int isLast(node *cp) {if(cp==first_right()) return 1; else return 0;}
    		void insert_first(int number){ if(!head){head=new node; head->prev=head->next = 0; head->value = number%100000000;}
    									else{ node *tp = first_right(); tp->next = new node; tp->next->prev = tp; tp->next->next = 0; tp->next->value = number%100000000;}}
    		void insert_last(int number) { if(!head){head=new node; head->prev=head->next = 0; head->value = number%100000000;}
    									else{node *tp = first_left();  tp->prev = new node; tp->prev->next = tp; tp->prev->prev = 0; tp->prev->value = number%100000000;}}
    };

  4. #4
    SAMARAS std10093's Avatar
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    Assume I have a function that is like this
    Code:
    void foo(void)
    {
            int a = 5;
            // do work
    
            // end of function
    }
    When does a gets destructed? (In other words, when does it comes out of scope..?).When the termination of the function arrives. Same thing happens with your object.

    How we deal with this? There are a few ways, but what I would suggest you is to use the new keyword, in order to dynamically allocate memory. This memory will be deallocated, until you say so (with the keyword delete).
    Code - functions and small libraries I use


    It’s 2014 and I still use printf() for debugging.


    "Programs must be written for people to read, and only incidentally for machines to execute. " —Harold Abelson

  5. #5
    Registered User whiteflags's Avatar
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    Did you implement the assignment operator? What did you code there? That could be the source of the issue: see the rule of three.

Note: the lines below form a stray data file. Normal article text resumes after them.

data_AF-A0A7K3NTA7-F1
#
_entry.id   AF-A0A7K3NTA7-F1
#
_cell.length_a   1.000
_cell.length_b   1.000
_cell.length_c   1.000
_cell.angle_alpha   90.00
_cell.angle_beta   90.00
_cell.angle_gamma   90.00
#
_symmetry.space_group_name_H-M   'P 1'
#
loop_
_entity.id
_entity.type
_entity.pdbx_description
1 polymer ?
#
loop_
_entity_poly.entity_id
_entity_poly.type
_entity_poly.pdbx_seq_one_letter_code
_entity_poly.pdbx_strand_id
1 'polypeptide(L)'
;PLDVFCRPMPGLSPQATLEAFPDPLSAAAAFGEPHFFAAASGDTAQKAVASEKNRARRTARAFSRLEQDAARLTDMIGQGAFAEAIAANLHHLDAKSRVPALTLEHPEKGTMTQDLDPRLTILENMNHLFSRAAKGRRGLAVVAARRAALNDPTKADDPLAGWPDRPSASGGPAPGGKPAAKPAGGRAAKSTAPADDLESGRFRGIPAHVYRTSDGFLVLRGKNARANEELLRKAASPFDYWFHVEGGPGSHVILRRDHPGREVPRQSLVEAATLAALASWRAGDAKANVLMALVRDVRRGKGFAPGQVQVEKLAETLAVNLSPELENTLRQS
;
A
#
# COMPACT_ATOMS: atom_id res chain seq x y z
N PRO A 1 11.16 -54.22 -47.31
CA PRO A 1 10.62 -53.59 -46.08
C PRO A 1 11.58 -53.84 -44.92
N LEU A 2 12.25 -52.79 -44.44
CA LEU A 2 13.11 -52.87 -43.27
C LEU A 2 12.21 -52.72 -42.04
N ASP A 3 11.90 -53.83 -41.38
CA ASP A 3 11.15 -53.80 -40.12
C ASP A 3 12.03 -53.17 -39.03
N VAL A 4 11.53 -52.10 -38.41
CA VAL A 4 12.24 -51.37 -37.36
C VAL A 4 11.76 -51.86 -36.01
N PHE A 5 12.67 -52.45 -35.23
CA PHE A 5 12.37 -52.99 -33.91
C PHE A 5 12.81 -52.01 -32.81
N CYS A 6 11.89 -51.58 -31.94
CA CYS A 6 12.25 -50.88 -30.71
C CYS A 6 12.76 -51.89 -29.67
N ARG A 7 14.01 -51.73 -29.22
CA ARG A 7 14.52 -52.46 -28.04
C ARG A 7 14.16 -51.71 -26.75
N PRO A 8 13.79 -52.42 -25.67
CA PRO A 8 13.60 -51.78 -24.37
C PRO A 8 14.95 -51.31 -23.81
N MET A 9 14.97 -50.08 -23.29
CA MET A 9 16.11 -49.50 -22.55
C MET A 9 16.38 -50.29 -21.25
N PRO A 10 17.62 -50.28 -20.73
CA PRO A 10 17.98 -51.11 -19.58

6. #6
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    the destructor is called right after the line return result;(which is the correct information) but before it gets back to the main (in between the data is wiped by my destructor). I think it might be the rule of three actually, needing a copy constructor.

    Here is my LongInt class
    Code:
    class LongInt {public:
    	int sign;
    	ADTList *mlist;
    	LongInt(){mlist = new ADTList();};
    	~LongInt(){delete mlist;};
    	int getsign(){return sign;};
    	void setsign(int i){if(i>0) sign=1; else sign = 0;};
    	LongInt add(const LongInt&);
    	void clear(){delete mlist; mlist = new ADTList();};
    	int digits(){ int i = 0; node *count = mlist->first_right(); if(!count) return 0; else{while(count->prev){count=count->prev;i=i+8;}	int j=count->value;
    	while(j>0){	j=j/10;i++;	}}return i;}
    };

  7. #7
    Algorithm Dissector iMalc's Avatar
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    Yes that class needs a copy-constructor and assignment-operator.

    You really ought to stop putting all the code on one line, especially for what isn't entirely trivial code. That code's so horribly cramped up there that it makes me want to say:
    U
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  8. #8
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    Quote Originally Posted by std10093 View Post
    How we deal with this? There are a few ways, but what I would suggest you is to use the new keyword, in order to dynamically allocate memory. This memory will be deallocated, until you say so (with the keyword delete).
    Why do you keep suggesting new? It is absolutely wrong to do that in the places you are suggesting. If you can avoid new, then do it.
    worksinotfun: This is not a minimal example. You should really comment out code line-by-line until your problem disappears. Then you can post that (without the comments). It makes it easier to see the problem.
    Also, don't use void main:
    SourceForge.net: Void main - cpwiki
    void main(void) - the Wrong Thing
    Quote Originally Posted by Adak View Post
    io.h certainly IS included in some modern compilers. It is no longer part of the standard for C, but it is nevertheless, included in the very latest Pelles C versions.
    Quote Originally Posted by Salem View Post
    You mean it's included as a crutch to help ancient programmers limp along without them having to relearn too much.

    Outside of your DOS world, your header file is meaningless.

  9. #9
    SAMARAS std10093's Avatar
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    Because I guess I have still many things to learn... (also I admit I haven't coded in challenging Cpp for some months now..).